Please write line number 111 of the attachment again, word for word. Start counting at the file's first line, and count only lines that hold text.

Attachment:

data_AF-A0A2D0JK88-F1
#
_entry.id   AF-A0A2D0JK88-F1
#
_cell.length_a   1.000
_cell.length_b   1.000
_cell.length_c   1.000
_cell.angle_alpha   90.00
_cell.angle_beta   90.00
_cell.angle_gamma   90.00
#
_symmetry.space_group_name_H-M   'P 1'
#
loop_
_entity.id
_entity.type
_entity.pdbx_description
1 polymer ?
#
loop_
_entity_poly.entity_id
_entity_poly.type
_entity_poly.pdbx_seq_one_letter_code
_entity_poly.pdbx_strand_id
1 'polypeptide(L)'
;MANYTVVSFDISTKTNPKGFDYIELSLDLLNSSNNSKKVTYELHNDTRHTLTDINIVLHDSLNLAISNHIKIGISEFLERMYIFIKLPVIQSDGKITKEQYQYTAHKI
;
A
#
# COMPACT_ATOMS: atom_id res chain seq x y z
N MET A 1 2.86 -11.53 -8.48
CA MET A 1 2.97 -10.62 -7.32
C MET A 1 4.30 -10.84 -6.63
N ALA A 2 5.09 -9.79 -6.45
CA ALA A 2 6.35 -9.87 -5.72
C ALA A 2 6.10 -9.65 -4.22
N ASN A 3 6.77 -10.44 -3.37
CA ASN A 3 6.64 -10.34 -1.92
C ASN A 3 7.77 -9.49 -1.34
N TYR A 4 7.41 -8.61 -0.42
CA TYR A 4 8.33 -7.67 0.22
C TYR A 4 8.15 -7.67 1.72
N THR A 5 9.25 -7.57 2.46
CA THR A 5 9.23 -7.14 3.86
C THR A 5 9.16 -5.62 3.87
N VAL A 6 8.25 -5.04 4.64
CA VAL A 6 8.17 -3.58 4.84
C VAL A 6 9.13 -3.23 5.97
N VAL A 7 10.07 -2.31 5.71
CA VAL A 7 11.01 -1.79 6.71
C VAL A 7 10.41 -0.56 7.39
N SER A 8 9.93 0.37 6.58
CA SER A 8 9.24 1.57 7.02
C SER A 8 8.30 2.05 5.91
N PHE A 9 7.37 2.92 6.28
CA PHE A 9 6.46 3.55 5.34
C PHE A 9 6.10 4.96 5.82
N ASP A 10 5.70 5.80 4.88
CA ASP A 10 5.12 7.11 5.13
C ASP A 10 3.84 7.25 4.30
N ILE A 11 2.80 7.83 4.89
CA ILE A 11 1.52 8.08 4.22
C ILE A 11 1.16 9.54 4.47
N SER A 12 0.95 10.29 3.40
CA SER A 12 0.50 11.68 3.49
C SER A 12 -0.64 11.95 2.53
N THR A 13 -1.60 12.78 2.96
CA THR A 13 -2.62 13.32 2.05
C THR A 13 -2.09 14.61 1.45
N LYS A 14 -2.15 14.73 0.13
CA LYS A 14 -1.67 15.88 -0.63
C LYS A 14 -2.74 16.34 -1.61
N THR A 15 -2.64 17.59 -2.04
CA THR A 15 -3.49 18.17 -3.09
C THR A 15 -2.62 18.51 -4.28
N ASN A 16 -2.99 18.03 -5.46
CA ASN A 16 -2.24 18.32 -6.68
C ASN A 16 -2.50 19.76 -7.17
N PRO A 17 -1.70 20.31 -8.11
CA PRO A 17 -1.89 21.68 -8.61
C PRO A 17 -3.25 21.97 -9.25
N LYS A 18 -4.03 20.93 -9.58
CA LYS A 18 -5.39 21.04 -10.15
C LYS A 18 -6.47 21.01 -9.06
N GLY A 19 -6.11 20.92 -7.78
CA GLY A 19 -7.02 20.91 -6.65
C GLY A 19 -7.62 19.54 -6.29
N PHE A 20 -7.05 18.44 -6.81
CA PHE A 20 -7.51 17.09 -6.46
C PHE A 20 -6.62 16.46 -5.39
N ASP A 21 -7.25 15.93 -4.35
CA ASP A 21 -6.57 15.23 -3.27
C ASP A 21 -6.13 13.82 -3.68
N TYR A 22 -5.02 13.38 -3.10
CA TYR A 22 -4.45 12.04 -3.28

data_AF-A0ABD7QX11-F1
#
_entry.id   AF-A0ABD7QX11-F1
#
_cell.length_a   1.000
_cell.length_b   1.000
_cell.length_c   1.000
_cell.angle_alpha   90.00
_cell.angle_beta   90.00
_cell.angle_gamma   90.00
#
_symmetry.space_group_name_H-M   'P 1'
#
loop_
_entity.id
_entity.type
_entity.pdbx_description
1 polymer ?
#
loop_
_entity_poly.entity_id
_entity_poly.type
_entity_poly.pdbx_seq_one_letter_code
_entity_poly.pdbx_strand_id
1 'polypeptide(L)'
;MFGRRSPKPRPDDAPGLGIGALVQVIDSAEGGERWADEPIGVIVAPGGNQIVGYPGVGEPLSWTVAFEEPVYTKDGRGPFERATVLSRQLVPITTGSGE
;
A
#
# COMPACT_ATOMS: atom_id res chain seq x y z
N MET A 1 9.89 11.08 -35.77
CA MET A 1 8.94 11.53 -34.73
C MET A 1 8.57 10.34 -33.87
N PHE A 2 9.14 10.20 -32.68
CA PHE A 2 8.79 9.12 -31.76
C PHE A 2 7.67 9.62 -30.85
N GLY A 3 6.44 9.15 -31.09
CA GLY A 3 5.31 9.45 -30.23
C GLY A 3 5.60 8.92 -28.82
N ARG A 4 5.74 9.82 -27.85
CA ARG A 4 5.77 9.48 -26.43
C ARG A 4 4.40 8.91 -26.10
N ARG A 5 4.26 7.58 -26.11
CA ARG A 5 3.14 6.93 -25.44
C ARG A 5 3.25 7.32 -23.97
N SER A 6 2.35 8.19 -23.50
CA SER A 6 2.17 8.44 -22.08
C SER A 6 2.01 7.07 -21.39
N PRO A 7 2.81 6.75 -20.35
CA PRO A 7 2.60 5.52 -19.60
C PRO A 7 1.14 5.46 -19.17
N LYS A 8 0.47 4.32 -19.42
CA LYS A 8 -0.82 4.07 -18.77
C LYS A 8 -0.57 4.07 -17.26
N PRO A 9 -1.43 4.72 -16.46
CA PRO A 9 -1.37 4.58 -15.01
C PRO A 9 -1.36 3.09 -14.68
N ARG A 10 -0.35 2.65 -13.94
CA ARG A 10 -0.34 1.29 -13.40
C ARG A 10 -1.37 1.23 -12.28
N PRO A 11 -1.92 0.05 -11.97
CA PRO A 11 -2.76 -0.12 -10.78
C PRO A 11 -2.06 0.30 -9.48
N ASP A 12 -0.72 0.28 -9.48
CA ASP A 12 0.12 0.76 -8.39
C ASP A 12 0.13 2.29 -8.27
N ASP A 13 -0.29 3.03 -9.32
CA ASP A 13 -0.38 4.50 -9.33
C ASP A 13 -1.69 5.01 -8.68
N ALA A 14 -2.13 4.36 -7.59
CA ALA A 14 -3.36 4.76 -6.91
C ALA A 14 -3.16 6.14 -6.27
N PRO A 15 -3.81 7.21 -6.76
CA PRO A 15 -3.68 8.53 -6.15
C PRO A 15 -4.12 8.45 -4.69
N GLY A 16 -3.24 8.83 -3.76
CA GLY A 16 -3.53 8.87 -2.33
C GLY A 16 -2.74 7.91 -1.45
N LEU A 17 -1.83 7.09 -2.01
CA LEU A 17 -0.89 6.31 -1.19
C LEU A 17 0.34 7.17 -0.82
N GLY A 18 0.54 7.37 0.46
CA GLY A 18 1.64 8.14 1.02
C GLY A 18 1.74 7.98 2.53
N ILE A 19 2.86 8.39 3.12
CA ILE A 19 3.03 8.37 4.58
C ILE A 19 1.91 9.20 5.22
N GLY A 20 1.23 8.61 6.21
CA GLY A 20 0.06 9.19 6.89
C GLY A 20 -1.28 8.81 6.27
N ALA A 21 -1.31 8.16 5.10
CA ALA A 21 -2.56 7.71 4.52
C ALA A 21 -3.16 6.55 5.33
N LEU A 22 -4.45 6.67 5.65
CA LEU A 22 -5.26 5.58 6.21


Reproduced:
_entity.type